Readers, I have a serious question for you: should we challenge Annette Bosworth's U.S. Senate nominating petition?
Fake candidate Bosworth claims to have submitted 2,750 signatures to earn a spot on the Republican U.S. Senate primary ballot. Her name does not appear on the list of approved GOP U.S. Senate candidates Secretary of State Jason Gant posted this afternoon; the names of Stace Nelson, Larry Rhoden, Jason Ravnsborg, and Mike Rounds do. We may assume that Secretary Gant's team will get to Bosworth's signatures at breakfast tomorrow.
2,750 is 40.7% more signatures than the 1,955 required to make the Republican ballot. Under normal conditions, that's a really safe cushion.
Team Bosworth does not operate under normal conditions. Bosworth and her husband Chad Haber are not known for effective organization and management skills. Bosworth does not know the issues; she may not know campaign law.
Nor are Bosworth and Haber are also known for integrity. They've manufactured stories. They launched their campaign with fake and clumsy web publicity. They've cooked up fake names, stolen a man's image, and plagiarized my blog material to promote the Bosworth brand. Would they have the moral restraint not to cook up fake petition signatures?
On the other hand, Base Connect and other campaign fundraisers are making money off Bosworth. A reliable source tells me that those fundraisers, who may well be keeping all of the money they raise through direct mail and giving Bosworth inflated campaign finance figures of which she will never spend a penny on actual campaigning in South Dakota, paid to ensure the petition drive's success. Bosworth had no grassroots network of South Dakota volunteers, but she had paid operatives motivated by the prospect of riding Bosworth's gravy train to two months more of campaign profit.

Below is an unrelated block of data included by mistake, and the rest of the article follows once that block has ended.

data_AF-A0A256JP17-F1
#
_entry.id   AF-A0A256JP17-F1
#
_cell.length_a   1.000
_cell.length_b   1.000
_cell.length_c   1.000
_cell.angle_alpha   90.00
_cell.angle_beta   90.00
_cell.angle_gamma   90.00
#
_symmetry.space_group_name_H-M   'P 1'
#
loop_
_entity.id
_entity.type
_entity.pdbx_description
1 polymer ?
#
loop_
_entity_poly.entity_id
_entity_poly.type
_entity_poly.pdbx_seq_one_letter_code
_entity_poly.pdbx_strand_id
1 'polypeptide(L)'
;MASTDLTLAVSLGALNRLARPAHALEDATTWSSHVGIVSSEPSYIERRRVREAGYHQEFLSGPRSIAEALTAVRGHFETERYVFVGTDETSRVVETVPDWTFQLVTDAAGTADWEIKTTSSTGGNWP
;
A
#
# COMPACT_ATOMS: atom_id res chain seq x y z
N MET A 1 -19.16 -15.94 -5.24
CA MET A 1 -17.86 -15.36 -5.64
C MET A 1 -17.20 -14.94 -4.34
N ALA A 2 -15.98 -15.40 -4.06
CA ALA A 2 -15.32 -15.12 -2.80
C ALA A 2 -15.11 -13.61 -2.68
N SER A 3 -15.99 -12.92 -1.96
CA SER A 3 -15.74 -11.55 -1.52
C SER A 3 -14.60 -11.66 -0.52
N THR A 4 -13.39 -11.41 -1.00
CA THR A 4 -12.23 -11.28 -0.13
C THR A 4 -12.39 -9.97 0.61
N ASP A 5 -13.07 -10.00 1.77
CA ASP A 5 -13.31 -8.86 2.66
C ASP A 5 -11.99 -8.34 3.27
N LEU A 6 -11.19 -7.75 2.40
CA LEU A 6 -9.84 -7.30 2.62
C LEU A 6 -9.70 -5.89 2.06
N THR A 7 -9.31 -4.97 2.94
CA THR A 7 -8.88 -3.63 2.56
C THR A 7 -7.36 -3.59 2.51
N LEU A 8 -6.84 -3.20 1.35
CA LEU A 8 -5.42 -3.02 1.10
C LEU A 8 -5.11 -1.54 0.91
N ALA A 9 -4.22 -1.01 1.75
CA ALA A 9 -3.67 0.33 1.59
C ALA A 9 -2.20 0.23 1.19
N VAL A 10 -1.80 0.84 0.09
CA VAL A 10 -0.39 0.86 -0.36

Now consider the following facts about petition challenges that I laid out in the comment section Sunday:
- SDCL 12-1-13 specifies that "any interested party" may challenge a petition. Challengers have five business days from the date of filing to challenge. A challenge must include an itemized list of specific deficiencies identified in the petition.
- The Secretary of State charges $1 per copy/page, so 2,750 signatures (max 20 signatures per sheet, front and back, surely some sheets not full, so guesstimate 300–350 pages), obtaining every page to verify signatures and mark errors would cost $300–$350 pages.
- There are four levels of error-checking:
- A challenger can check for obvious errors: missing or misdated notary seals, improperly completed candidate declaration, and missing signatory information. That just takes a good eye and time.
- A challenger can engage Google and brains to look for invalid signers: dead people, fake names, duplicate names, etc.
- A challenger can spend money and match each name on the petition to the voter registration list. To obtain an electronic copy of that list, one must pay the Secretary of State $2,500 (paper costs $5,500).
- A challenger can cross-check signatures on Bosworth's petition with signatures on petitions already submitted for Nelson, Rhoden, Pressler, Rounds, and Ravnsborg. Bosworth filed last, so if any of Bosworth's signatories signed other petitions, their names don't count for Bosworth. That's about 19,000 unalphabetized signatures, available only in scanned, non-computer-searchable or sortable PDF format, spread across at least 1,900 pages, which would cost $1,900 and a lot of eye-strain.
Given that information, does anyone want to pass the hat to verify that Bosworth's petition has followed the laws of the state of South Dakota? Or can citizens interested in truth and justice get a better return from their time, effort, and money from other projects?